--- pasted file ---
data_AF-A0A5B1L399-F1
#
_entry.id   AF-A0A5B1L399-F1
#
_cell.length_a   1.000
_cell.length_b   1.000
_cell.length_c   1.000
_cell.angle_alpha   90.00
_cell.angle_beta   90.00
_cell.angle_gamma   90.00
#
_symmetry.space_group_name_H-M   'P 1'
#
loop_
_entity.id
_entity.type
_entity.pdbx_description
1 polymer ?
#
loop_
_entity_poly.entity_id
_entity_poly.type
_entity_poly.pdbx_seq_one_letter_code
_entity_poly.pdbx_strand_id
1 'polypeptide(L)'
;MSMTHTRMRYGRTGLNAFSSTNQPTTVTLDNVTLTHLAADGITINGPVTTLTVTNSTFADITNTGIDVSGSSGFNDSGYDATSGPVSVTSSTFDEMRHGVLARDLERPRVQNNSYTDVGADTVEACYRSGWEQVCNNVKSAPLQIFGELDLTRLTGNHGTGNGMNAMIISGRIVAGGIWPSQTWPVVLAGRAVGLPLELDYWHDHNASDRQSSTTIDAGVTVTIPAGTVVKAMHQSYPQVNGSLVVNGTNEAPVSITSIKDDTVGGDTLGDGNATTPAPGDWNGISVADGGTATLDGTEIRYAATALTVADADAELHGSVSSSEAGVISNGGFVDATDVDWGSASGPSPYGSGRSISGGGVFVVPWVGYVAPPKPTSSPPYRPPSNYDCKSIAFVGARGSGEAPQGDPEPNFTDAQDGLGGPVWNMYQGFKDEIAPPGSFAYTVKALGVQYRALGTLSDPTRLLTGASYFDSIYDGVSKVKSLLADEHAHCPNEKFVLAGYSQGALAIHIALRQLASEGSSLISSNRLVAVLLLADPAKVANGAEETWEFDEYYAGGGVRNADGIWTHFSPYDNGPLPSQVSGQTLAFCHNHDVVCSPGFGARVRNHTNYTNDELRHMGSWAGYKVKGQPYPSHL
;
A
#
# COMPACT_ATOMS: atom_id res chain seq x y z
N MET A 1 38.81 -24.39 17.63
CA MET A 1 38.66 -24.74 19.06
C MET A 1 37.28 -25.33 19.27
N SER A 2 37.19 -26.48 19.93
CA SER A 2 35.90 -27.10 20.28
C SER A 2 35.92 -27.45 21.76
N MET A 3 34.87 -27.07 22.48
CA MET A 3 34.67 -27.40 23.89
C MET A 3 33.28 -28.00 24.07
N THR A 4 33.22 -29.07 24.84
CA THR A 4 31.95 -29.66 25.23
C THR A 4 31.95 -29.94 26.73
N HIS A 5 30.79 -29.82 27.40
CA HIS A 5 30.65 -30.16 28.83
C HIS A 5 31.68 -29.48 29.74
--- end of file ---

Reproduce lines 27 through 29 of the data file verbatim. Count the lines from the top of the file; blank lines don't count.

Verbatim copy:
;
A
#